Bart’s newly revamped scripts to watermark images are now available at bartb.ie under the FreeBSD license, my thoughts on the two new Microsoft Surface tablets. In Dumb Question Corner, Alison from Scotland asks whether Apple is just being a big meanie discontinuing support for some older devices. Honda Bob comes back for a cameo appearance to talk about solving a Windows to iOS syncing problem with CompanionLink software. In Chit Chat Across the Pond Tim Verpoorten of surfbits.com gets back to his microphone to talk about why the MacPro is still important.
Hi this is Allison Sheridan of the NosillaCast Mac Podcast, hosted at Podfeet.com, a technology geek podcast with an EVER so slight Macintosh bias. Today is Sunday June 24, 2012 and this is show number 372
I’m really excited about today’s show. I’m going to give you my impressions of the newly announced Microsoft Surface tablets, we’ll answer a dumb question from Scotland from another Alison, then we’re treated to a guest appearance by the Intergallactically Famous Honda Bob. Finally in Chit Chat Across the Pond we have none other than Tim Verpoorten from Surfbits.com to talk about why someone might need (or want) a Mac Pro.
But first an update. Last week on the show Bart walked us through the logical thought process he used for watermarking his images. In that discussion we talked about his scripts that he makes freely available, and he said that they were from 2008, and mentioned that he hoped to update them in a few weeks. He’s ahead of schedule, he did the updates and has them available at a link in the shownotes to bartb.ie under the FreeBSD license. Dorothy is already using them and mucking about with MacPorts and such so don’t let her be the only one to have all the fun.
Microsoft announced two new tablets this week called the Surface. You know I’m not a huge fan of Windows 8, but these new products look pretty interesting. To refresh your memory on Windows 8 – there’s actually two versions, Windows 8 Pro, and Windows RT. Windows 8 Pro runs on Intel processors and gives you both the new Metro UI (the live tiles) and a fully functioning Windows desktop environment that will run all Windows programs. Windows RT runs on the ARM processors and gives you the Metro UI, and a very limited desktop environment. You’ll be able to run Microsoft Office 15 on the desktop but third party developers will not be allowed to develop for the desktop environment.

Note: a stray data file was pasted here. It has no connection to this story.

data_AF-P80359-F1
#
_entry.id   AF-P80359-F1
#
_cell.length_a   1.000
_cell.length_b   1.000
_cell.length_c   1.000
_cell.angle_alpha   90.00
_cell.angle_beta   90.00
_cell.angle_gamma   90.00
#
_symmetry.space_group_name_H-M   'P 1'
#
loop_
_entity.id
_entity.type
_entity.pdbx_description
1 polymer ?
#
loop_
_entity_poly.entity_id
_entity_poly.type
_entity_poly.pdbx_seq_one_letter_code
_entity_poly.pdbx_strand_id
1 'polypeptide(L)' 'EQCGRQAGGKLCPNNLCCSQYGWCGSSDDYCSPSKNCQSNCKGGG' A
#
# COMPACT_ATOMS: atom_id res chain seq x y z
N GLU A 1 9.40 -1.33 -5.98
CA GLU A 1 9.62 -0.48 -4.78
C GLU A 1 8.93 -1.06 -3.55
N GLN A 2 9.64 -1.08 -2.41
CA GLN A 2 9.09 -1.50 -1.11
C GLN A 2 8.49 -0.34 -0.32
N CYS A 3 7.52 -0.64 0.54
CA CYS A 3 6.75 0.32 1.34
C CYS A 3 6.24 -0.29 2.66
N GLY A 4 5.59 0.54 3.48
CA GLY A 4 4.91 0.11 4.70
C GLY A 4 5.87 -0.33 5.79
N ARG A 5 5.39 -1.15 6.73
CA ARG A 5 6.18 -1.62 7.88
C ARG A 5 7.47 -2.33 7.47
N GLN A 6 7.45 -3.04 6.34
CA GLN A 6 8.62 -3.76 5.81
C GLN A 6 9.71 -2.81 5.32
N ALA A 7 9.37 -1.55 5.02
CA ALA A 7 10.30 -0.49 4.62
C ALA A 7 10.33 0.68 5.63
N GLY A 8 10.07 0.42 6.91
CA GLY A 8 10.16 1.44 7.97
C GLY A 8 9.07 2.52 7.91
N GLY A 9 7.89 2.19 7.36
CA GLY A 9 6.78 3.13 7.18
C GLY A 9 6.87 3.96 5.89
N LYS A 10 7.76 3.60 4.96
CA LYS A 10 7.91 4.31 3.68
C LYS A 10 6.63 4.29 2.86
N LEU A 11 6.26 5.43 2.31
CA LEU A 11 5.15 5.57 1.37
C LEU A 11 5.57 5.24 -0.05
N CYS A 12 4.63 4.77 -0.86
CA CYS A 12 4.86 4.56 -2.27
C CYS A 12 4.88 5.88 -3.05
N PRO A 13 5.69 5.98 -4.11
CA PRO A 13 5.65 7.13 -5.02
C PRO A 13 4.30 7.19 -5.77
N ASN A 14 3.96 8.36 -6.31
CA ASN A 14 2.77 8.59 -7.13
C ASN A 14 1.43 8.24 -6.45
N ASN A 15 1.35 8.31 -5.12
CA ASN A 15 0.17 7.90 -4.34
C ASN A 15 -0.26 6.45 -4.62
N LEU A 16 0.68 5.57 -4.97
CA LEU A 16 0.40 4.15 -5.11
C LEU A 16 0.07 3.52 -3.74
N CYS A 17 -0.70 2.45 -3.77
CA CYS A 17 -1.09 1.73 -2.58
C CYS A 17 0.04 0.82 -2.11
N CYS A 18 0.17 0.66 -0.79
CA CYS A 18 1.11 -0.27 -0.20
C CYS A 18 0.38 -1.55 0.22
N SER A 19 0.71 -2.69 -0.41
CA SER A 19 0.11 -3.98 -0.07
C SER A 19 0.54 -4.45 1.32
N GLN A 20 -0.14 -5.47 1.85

The Surface comes in two models – Surface Windows RT and Surface Windows 8 Pro, matching the operating systems. The RT Surface is almost exactly the same dimensions as an iPad – .09mm thinner and 24 grams heavier. The Surface Pro is about 40% thicker than an iPad and weighs 44% more. The Surface is made of a made up material called VaporMg, some super special form of Magnesium, hence the Mg in the name. Sounds like a name Apple would make up, sounds super cool and like we should have heard about it before if we’d paid attention in those incredibly boring Chemistry lectures in college.
The Surface is a 16:9 wide aspect ratio, designed for better movie watching – no black bars. Steven Sinofsky, head of the Windows team for Microsoft, did the demonstration of Windows 8 running on the RT Surface, and while he tried to keep his cool, he did get frustrated when Internet Explorer crashed while he was doing the demo. He tried to cover it up by holding it towards his shirt while he talked and fiddled with it, but finally he had to run behind a table and grab another one. In a Steve Jobs demo someone would have been drawn and quartered for that. Not very impressive in my opinion, and I was very shocked to see that no one in the press even thought that was worth mentioning. Perhaps I enjoyed it a little bit too much. I was also pleased to see that every person demoing the surface had to tap the little sliver on the side at least twice to get a running application to come on screen – the same thing I’ve been complaining about with Windows 8. it’s too small of an area and it’s not responsive. Glad it happens to them too.
One of the things that excited Sinofsky the most was that there’s a kick stand built into the device. I guess that’s cool, I have invested in different covers and stands to make my iPad stand up at just about that angle. I had to take issue though when he said that the .7mm thick stand adds ZERO weight and thickness. Um, doesn’t it add .7 mm? What the kickstand doesn’t do for you is allow you to set the tablet at an angle comfortable for typing. Sinofsky also said that the 22 degree angle was perfect for video chat, that it would frame your face perfectly. Wouldn’t that be highly dependent on what surface you placed the Surface?
The coolest thing they showed though, and it actually overshadowed the device itself, was the Touch Cover. This is a very thin cover at 3mm that has a keyboard built in. The keys depress a mere 1.5mm. It was awesome. People who yawned at Windows 8, who checked their watches at the kickstand and the VaporMg material, audibly gasped with delight when they saw the Touch Cover. And I was amongst that group of gaspers. The cover snaps on and off with a magnetic connection, looks essentially like a laptop with the kickstand holding the Surface up. I can’t wait to get my hands on the Touch Cover to see how the typing actually is. Evidently they didn’t let reporters touch it which is a big concerning. I actually really like Microsoft mice, and if their keyboards had worked on Macs back when I used a separate keyboard with a desktop, I’m sure I would have bought them too. I think this Touch Cover could be awesome.